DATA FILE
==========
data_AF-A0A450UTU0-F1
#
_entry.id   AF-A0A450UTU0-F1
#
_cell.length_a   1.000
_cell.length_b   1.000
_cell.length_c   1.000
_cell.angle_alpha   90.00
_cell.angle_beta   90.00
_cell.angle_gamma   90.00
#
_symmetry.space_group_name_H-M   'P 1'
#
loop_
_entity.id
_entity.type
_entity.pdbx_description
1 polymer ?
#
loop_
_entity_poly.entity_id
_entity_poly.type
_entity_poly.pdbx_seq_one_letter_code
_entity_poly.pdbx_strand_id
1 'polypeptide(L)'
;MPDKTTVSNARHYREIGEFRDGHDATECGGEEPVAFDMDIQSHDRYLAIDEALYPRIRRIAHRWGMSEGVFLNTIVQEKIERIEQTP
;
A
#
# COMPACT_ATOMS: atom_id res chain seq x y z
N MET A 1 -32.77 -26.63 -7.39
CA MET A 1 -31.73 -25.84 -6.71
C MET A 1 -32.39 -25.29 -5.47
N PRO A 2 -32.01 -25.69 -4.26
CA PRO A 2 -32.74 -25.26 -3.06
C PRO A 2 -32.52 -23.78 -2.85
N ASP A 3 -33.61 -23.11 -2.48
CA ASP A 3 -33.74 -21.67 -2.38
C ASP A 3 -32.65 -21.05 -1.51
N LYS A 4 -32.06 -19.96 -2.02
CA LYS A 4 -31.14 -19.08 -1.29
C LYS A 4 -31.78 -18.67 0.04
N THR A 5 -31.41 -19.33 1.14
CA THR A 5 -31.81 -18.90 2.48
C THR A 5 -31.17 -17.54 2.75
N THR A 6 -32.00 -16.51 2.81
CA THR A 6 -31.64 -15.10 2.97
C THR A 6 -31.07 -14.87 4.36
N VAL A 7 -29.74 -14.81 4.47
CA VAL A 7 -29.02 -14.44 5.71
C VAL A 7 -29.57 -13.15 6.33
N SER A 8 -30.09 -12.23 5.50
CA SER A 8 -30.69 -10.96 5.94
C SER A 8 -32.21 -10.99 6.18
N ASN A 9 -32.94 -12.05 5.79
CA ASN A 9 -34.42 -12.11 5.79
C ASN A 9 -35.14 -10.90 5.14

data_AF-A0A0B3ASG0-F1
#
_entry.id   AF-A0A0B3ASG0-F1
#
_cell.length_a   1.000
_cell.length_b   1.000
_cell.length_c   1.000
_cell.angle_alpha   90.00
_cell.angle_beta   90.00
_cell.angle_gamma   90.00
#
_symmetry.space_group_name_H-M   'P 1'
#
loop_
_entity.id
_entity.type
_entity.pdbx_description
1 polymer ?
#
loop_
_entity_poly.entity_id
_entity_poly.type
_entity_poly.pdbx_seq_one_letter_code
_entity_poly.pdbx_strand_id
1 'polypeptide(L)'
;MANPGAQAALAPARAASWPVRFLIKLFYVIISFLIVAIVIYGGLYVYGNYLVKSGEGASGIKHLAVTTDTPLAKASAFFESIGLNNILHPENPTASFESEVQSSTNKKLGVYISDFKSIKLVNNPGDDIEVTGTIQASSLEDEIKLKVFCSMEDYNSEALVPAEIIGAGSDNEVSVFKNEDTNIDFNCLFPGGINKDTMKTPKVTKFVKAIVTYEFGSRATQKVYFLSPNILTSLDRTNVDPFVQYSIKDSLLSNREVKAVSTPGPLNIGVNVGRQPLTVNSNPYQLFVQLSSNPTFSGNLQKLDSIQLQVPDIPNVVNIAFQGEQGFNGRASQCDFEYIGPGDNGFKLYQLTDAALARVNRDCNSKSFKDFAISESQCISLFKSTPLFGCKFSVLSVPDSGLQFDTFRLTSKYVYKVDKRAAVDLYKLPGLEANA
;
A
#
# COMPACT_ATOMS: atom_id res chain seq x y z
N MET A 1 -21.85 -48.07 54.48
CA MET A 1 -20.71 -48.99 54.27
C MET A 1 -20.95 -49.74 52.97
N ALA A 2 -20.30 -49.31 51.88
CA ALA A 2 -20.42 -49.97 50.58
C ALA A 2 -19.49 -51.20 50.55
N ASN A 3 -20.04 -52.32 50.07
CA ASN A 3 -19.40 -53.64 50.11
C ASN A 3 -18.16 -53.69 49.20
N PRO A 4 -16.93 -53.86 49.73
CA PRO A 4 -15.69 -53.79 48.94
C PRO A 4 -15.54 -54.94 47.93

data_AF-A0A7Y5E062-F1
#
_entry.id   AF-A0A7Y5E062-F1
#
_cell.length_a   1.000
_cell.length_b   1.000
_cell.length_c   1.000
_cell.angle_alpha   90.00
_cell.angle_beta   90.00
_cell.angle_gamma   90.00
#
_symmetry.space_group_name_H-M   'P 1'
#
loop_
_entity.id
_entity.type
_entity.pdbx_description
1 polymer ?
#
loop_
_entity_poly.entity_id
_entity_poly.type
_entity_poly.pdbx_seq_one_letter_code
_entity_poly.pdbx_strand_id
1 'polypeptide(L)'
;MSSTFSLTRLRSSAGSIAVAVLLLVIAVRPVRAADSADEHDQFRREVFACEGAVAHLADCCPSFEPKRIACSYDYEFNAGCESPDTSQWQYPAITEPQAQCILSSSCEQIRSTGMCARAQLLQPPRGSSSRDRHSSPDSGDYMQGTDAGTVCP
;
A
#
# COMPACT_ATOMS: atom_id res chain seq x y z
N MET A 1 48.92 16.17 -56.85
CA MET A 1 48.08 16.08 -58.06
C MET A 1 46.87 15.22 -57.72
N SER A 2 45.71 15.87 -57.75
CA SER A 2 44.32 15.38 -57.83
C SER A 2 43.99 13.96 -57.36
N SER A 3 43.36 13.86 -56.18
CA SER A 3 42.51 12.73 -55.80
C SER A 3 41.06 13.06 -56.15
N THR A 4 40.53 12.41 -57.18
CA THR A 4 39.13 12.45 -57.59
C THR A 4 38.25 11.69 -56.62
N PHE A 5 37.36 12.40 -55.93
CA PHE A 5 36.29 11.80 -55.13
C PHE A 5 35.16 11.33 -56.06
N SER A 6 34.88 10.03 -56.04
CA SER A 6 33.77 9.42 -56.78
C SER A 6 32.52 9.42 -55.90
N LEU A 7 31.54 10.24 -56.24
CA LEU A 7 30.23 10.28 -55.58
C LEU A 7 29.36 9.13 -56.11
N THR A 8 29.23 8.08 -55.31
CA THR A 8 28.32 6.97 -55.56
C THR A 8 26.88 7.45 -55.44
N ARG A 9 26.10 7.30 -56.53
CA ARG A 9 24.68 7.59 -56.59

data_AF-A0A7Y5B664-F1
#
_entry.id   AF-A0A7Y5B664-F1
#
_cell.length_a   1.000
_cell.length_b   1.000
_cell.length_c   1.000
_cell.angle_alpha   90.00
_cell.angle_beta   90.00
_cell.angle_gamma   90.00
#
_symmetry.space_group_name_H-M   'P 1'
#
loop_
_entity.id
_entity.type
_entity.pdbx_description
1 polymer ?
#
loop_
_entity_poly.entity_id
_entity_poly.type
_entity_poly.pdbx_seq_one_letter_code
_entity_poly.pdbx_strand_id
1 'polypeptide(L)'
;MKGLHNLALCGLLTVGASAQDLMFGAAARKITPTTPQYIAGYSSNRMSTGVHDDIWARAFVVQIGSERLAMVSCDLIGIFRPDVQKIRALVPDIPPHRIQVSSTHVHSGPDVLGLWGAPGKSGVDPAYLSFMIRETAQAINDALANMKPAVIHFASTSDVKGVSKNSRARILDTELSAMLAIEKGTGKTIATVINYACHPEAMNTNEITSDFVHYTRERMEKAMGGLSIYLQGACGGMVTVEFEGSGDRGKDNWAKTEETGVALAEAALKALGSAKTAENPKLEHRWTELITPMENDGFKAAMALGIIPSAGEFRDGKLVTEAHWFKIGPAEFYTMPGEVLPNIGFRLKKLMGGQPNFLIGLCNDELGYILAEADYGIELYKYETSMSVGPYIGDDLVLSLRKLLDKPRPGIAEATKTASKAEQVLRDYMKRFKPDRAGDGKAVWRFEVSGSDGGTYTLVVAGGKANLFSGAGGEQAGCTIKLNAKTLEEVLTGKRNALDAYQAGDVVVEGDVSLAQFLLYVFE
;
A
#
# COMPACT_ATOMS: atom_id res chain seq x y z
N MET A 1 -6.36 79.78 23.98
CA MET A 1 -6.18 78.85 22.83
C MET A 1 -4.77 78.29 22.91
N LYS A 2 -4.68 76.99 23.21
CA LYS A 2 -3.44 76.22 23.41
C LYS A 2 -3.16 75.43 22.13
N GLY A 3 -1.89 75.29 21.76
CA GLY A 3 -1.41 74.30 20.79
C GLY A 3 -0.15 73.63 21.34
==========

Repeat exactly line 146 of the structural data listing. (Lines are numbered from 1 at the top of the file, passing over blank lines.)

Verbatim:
CA SER A 6 33.77 9.42 -56.78